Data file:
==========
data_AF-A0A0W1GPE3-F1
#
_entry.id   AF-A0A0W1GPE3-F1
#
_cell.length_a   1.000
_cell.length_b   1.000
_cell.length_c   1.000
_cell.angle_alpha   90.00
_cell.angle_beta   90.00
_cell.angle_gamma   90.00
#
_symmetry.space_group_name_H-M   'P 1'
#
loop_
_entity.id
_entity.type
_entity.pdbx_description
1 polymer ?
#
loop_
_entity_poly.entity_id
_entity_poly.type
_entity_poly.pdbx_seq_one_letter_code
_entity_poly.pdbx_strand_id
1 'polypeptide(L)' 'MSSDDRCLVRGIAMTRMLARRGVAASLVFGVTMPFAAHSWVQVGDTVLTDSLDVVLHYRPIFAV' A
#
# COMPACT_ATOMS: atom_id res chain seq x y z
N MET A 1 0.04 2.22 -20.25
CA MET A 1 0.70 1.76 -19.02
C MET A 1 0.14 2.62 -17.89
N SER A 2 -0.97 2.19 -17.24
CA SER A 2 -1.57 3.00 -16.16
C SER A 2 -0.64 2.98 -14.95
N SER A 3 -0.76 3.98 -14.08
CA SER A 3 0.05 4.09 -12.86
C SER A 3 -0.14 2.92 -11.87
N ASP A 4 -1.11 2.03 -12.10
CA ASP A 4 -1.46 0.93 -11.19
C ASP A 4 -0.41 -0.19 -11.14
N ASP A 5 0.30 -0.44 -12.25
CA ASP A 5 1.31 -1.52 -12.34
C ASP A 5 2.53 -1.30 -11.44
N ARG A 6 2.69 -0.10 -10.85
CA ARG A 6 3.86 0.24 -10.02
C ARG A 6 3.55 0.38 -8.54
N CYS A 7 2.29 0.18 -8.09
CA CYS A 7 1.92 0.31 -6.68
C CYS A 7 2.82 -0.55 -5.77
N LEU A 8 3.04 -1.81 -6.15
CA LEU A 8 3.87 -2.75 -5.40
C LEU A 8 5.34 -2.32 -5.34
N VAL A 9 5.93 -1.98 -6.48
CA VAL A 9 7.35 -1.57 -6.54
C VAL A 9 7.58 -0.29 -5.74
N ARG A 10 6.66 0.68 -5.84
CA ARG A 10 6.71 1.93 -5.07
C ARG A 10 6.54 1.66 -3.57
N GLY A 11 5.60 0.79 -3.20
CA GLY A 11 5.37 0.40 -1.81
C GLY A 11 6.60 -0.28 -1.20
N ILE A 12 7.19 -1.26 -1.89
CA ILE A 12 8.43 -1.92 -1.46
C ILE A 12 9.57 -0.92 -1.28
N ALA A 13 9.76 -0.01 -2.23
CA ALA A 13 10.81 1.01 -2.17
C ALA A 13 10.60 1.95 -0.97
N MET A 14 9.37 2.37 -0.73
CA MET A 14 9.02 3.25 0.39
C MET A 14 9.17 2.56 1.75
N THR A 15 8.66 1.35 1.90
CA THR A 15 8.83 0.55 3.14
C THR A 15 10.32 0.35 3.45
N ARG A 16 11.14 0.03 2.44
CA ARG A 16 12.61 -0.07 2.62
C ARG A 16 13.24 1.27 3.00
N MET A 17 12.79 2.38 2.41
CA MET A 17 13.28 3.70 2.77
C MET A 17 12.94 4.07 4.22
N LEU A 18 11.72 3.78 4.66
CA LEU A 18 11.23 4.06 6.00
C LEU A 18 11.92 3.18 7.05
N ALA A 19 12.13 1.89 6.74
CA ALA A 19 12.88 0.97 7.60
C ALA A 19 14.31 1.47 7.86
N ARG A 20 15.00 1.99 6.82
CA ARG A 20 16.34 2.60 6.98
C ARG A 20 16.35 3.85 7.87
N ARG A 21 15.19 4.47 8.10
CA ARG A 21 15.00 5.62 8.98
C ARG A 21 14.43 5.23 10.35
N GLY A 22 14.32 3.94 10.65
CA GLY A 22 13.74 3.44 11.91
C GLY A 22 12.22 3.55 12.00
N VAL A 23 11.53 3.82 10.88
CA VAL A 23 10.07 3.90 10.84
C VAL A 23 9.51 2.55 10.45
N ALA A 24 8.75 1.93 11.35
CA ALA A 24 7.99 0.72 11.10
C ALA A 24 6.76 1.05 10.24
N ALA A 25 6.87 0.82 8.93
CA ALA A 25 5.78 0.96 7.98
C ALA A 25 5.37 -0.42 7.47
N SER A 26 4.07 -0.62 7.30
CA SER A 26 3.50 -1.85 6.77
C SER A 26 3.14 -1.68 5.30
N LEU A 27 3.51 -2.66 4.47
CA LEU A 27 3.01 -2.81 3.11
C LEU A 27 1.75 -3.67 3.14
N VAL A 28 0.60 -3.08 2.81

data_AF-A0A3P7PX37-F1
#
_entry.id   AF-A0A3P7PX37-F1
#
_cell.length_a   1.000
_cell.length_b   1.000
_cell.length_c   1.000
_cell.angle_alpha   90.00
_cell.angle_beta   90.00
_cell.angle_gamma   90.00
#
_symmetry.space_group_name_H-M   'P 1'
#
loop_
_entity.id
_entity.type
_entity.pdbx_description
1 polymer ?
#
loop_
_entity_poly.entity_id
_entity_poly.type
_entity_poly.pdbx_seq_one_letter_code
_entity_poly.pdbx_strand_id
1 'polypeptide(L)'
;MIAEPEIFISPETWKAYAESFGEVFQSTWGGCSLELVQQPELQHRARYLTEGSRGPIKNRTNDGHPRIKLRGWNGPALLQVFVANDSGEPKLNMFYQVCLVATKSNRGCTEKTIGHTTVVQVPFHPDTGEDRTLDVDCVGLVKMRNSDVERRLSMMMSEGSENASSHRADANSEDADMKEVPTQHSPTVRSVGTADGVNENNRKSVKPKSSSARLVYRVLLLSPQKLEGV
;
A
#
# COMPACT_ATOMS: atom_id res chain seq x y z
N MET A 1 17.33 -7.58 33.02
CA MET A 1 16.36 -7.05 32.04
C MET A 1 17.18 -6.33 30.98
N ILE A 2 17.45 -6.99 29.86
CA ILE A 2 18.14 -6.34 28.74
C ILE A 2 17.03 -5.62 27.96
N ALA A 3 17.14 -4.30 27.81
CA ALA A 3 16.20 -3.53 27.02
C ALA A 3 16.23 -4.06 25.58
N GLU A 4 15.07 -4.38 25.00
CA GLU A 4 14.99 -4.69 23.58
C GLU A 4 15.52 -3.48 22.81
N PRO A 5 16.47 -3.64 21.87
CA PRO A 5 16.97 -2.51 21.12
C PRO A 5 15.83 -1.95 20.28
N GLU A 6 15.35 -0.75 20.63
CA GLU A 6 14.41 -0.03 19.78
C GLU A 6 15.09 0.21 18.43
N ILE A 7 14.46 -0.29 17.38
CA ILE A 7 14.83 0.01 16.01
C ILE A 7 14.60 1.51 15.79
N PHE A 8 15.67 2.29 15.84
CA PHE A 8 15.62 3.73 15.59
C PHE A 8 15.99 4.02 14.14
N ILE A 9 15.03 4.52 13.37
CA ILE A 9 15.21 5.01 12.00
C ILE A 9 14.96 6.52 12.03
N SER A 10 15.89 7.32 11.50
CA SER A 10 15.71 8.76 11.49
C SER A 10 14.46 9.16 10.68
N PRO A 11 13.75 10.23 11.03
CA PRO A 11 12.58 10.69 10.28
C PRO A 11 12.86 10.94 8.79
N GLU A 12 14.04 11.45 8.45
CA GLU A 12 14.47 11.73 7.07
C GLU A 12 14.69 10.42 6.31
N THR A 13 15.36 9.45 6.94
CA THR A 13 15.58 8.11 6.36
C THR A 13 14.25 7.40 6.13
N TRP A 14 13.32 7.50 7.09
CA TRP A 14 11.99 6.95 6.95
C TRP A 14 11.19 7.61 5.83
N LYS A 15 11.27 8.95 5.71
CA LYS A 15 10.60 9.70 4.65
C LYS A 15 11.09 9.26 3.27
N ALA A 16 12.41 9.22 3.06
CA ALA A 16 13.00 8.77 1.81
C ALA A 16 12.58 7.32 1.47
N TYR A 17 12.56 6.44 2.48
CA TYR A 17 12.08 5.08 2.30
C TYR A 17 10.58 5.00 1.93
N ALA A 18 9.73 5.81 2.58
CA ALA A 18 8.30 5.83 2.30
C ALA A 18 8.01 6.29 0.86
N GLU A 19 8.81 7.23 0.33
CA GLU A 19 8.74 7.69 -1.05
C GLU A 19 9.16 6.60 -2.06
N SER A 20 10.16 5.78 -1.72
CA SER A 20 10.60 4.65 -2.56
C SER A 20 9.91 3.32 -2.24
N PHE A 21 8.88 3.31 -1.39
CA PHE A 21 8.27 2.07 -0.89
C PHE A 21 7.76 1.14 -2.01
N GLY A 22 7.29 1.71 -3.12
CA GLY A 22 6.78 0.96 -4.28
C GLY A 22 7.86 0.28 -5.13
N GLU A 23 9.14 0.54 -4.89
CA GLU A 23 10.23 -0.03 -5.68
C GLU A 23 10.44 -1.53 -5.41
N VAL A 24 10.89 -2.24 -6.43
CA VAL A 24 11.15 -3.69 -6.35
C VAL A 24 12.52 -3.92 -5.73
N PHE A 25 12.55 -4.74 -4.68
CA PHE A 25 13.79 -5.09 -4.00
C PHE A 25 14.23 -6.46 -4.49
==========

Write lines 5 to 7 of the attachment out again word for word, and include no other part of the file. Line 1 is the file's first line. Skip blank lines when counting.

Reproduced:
_cell.length_a   1.000
_cell.length_b   1.000
_cell.length_c   1.000